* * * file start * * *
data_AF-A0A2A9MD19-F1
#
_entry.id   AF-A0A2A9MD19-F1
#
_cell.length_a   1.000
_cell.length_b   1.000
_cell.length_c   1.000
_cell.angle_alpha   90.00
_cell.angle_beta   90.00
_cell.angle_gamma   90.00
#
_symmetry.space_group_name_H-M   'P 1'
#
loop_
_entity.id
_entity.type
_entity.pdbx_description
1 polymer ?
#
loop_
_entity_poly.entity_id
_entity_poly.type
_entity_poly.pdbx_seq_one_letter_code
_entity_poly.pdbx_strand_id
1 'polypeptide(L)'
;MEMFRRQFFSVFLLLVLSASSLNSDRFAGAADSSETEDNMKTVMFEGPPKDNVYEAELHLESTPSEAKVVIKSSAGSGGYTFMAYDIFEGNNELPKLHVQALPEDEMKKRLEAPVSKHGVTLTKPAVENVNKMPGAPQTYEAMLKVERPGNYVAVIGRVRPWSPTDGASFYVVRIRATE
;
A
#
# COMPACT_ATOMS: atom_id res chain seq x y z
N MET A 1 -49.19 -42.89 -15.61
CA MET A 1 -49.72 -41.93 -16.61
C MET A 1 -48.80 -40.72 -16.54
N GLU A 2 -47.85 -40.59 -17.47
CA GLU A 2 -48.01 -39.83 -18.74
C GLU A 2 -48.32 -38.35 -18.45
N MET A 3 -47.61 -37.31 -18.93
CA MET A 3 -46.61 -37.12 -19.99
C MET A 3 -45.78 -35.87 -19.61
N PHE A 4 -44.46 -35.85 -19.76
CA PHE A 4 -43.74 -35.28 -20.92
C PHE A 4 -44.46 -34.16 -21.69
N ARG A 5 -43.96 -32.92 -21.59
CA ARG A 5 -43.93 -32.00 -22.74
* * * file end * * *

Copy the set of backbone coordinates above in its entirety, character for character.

data_AF-A0A2A9MD19-F1
#
_entry.id   AF-A0A2A9MD19-F1
#
_cell.length_a   1.000
_cell.length_b   1.000
_cell.length_c   1.000
_cell.angle_alpha   90.00
_cell.angle_beta   90.00
_cell.angle_gamma   90.00
#
_symmetry.space_group_name_H-M   'P 1'
#
loop_
_entity.id
_entity.type
_entity.pdbx_description
1 polymer ?
#
loop_
_entity_poly.entity_id
_entity_poly.type
_entity_poly.pdbx_seq_one_letter_code
_entity_poly.pdbx_strand_id
1 'polypeptide(L)'
;MEMFRRQFFSVFLLLVLSASSLNSDRFAGAADSSETEDNMKTVMFEGPPKDNVYEAELHLESTPSEAKVVIKSSAGSGGYTFMAYDIFEGNNELPKLHVQALPEDEMKKRLEAPVSKHGVTLTKPAVENVNKMPGAPQTYEAMLKVERPGNYVAVIGRVRPWSPTDGASFYVVRIRATE
;
A
#
# COMPACT_ATOMS: atom_id res chain seq x y z
N MET A 1 -49.19 -42.89 -15.61
CA MET A 1 -49.72 -41.93 -16.61
C MET A 1 -48.80 -40.72 -16.54
N GLU A 2 -47.85 -40.59 -17.47
CA GLU A 2 -48.01 -39.83 -18.74
C GLU A 2 -48.32 -38.35 -18.45
N MET A 3 -47.61 -37.31 -18.93
CA MET A 3 -46.61 -37.12 -19.99
C MET A 3 -45.78 -35.87 -19.61
N PHE A 4 -44.46 -35.85 -19.76
CA PHE A 4 -43.74 -35.28 -20.92
C PHE A 4 -44.46 -34.16 -21.69
N ARG A 5 -43.96 -32.92 -21.59
CA ARG A 5 -43.93 -32.00 -22.74